• Take Care of Business

There are some times when feeling like an impostor is an accurate reflection of a situation or the state of things in some area of your life. For example, you should feel nervous and like you don’t know what you’re doing if you’re about to speak to your employees about a new policy and haven’t fully read it yourself. You should worry that your colleagues will find out you’re a fraud if you haven’t obtained all of your professional credentials and have been passing yourself off as if you have. Take care of any weaknesses in your education and training, as well as personally, if these things are going to keep you feeling inadequately qualified to occupy the position you now hold. Seek professional and personal improvement on your own time and at your own expense if what you need is not provided by your company. Don’t sit around complaining about what’s not being given to you. This only keeps you feeling inadequate and on edge.

  • Applaud Your Successes

It’s important to validate the things you’re doing well. Getting positive feedback from others is essential when you’re prone to put yourself down and to attribute your success to all kinds of other factors. Get a mentor so you can obtain ongoing, objective feedback from one who cares about your achievement. Participate in professional association or other peer group activities as an ongoing forum for obtaining collegial recognition of your successes, to shore up your skills as things advance in your field, and to continually be reminded that that other people have work worries, self-doubt and fears just like you do.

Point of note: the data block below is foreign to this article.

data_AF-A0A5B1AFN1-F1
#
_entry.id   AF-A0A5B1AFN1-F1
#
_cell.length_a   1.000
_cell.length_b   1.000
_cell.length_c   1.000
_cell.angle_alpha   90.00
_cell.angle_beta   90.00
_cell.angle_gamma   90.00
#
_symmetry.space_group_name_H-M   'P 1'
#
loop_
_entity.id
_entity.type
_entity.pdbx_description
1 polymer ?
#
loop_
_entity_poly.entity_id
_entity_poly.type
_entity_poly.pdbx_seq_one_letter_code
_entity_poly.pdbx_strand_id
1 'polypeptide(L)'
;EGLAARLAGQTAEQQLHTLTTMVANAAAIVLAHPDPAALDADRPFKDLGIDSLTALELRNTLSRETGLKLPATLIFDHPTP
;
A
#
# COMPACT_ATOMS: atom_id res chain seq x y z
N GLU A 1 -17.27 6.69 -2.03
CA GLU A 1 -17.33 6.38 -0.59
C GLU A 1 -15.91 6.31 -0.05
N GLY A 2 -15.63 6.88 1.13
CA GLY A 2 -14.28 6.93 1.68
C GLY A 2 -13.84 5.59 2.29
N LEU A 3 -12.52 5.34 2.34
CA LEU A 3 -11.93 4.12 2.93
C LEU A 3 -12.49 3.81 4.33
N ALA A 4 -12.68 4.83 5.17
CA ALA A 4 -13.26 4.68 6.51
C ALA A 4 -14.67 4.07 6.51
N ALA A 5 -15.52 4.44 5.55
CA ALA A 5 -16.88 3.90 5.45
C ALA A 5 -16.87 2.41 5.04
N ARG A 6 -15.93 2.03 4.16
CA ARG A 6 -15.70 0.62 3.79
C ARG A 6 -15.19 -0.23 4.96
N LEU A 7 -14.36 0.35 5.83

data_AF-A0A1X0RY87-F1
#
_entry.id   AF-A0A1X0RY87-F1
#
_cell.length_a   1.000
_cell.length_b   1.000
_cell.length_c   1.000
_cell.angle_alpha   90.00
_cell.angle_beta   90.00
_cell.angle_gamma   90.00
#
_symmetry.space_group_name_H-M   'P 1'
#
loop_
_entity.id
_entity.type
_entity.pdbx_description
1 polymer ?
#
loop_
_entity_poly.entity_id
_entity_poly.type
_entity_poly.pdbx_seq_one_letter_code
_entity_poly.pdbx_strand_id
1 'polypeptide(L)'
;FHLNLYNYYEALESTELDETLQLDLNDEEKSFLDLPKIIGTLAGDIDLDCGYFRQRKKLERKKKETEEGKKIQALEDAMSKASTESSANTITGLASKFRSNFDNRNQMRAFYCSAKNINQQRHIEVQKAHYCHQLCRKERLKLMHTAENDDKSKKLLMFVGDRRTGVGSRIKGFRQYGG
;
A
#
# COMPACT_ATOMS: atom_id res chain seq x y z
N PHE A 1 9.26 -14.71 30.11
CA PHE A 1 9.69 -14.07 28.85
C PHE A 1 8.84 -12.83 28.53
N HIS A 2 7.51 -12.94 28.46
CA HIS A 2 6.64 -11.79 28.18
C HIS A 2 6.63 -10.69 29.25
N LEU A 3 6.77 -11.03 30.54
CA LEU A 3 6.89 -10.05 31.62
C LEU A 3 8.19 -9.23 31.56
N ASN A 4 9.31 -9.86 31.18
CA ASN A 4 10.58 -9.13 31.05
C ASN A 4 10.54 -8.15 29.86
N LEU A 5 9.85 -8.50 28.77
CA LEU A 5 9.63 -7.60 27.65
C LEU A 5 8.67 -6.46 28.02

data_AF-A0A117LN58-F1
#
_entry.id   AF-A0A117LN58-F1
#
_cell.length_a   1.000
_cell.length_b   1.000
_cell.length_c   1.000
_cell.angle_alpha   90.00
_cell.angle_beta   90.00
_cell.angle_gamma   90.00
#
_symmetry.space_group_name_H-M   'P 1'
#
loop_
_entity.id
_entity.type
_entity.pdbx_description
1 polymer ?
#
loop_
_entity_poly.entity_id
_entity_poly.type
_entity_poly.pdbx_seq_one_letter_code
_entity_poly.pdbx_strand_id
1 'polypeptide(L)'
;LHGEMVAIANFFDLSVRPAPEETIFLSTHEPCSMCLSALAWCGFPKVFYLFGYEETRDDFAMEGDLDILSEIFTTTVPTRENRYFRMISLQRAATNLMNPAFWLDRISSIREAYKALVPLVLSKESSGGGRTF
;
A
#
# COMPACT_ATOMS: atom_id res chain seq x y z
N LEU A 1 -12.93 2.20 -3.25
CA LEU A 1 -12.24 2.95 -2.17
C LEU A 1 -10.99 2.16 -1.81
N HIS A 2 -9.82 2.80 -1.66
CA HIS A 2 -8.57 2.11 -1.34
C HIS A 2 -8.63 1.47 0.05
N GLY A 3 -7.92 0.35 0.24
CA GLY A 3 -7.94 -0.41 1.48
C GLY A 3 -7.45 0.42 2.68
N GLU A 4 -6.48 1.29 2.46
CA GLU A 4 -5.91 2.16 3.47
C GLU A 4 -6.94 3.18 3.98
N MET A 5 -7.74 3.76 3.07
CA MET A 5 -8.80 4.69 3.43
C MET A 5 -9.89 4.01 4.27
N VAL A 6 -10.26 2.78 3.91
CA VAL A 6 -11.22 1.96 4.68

The Impostor Syndrome robs many people of enjoyment of the great strides they make in life. Don’t be one of these people. You deserve to relish your success and to feel proud of what you have accomplished. It’s okay to puff out your chest and tell yourself “I’m doing great in my life”. Keep your distance from those who make you feel that all you’ve accomplished still isn’t good enough and seek help promptly if you can’t do this on your own.

 

 

About the Author:

Dr. E. Carol Webster is a clinical psychologist consultant in Fort Lauderdale, FL.
She is author of the book for those dealing with the stress of success ―
Success Management: How to Get to the Top and Keep Your Sanity Once You Get There,

The Fear of Success: Stop It From Stopping You! ―
the book to help you overcome fears that may be holding you back in your life and career
and
The Private Practice of Clinical Psychology in: Voices of Historical & Contemporary Black American Pioneers
To contact Dr. Webster visit online at http://drcarolwebster.com or call 954.797.9766.

E. Carol Webster, Ph.D.
Clinical Psychology Consulting
Mailing Address: 7027 West Broward Boulevard, #262  Fort Lauderdale, FL 33317
954.797.9766 http://DrCarolWebster.com